Sentencing 12 of the 15 defendants to jail terms after a trial that has dragged on for over six years, judge Luís Ribeiro has dubbed the BPN bank debacle “the biggest fraud in the history of Portuguese justice”. Yet not one of the guilty 12 will be going to prison any time soon.
For a start, eight were handed ‘suspended sentences’ – and those considered most responsible will be taking advantage of the judicial process that ensures that (usually wealthy) defendants remain free until they have exhausted all forms of appeal.
In the case of 81-year-old former BPN president José Oliveira da Costa – handed a 14-year sentence but reportedly too frail following surgery to attend the seven-hour court reading yesterday – this means he can look forward to many more years ahead of him of litigation.
Says national tabloid Correio da Manhã, “as the sentence is more than seven years, the former banker can, apart from appealing to the court of appeal, present appeals to the Supreme Court of Justice over questions of Law, as well as to the Constitutional Tribunal”.
Each step implies long ‘delays’. As the paper illustrates in another high-profile fraud case that saw all key figures appealing, “just the decision of the first court to the court of appeal took two and a half years”.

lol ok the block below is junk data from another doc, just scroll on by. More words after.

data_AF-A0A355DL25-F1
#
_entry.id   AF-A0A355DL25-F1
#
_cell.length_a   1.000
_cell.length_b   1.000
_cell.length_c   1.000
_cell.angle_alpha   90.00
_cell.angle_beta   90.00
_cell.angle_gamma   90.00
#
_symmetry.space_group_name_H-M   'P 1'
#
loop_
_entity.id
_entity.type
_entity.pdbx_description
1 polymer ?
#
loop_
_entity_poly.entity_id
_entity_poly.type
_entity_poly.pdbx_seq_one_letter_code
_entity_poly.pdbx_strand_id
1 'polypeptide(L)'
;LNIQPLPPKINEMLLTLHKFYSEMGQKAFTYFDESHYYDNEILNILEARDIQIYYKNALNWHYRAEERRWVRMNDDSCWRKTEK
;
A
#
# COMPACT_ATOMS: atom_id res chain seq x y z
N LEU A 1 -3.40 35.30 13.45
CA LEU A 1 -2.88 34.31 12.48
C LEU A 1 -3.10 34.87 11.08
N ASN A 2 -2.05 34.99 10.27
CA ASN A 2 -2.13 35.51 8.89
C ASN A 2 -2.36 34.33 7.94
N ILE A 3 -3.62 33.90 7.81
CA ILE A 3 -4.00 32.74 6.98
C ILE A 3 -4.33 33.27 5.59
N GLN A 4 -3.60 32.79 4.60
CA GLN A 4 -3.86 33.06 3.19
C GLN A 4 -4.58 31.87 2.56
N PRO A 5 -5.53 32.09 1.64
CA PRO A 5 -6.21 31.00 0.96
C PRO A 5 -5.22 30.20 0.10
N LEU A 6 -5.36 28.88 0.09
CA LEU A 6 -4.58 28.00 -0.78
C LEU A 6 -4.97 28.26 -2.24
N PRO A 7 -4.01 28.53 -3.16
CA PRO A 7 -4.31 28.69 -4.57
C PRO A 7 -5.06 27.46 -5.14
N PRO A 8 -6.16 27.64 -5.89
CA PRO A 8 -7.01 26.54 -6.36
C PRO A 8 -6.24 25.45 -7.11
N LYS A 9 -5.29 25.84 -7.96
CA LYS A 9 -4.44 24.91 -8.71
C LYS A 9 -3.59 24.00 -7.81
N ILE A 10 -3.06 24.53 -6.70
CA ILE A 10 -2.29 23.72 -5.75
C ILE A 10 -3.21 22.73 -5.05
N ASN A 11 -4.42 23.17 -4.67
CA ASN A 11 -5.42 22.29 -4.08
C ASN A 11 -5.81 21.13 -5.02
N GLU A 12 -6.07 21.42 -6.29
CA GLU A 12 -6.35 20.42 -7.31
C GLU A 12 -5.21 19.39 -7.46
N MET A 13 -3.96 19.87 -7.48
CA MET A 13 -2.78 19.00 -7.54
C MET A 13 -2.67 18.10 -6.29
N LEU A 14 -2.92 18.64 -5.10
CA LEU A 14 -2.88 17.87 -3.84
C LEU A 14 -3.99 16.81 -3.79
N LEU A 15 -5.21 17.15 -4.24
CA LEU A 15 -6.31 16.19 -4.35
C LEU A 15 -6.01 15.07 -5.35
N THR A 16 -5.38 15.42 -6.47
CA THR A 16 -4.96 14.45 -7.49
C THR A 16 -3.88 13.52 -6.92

Equally, Oliveira da Costa could play the ‘advanced age and deteriorating health’ card and “ask for a modification of his sentence”, says CM.
Considering yesterday was all about punishing “the greatest fraud in Portuguese history”, the end result has been something of an anti-climax.
True, €1.4 million seized by the State from Oliveira da Costa can now be duly appropriated, but considering the bank’s €3 billion collapse prompted a State bailout that contributed to the successive woes of the troika years, there is the distinct feeling that fraud has somehow still emerged the victor.
BPN IN A NUTSHELL
It goes so far back, is so full of lies and big names and is so utterly dirty that most Portuguese have forgotten the basics:
Oliveira da Costa – found guilty of qualified fraud, money-laundering, fiscal fraud and document falsification – “abandoned” his presidency of the bank in 2008, citing health reasons. It was shortly afterwards that the extent of fraud in his “strategy of investing in various sectors of activity, including cement and polymers” (Wikipedia) in Africa and Brazil started bobbing to the surface, exposing billion euro holes.
In June 2008, former finance minister Miguel Cadilhe ordered an investigation, having publicly alluded to “various financial crimes committed by high-ranking members” of the bank’s former administration.
The case then got into murky political waters, throwing up figures “like the then President of the Republic Cavaco Silva, some of his PSD allies and even some members of the Socialist Party”, adds Wikipedia – all of whom “had maintained personal, professional and business relationships with Oliveira da Costa and the bank over the years”.
Entering the rogue’s gallery by default, José Sócrates – then prime minister – came into the picture, nationalised the bank and quickly saw it “incorporated into CGD”, the country’s wheezing State Bank before it was sold to Angolan Banco BIC four years later.
The toxicity of BPN’s fallout has basically stalked the Portuguese financial sector ever since – but now it looks like everyone responsible will play judicial trump cards to the bitter end.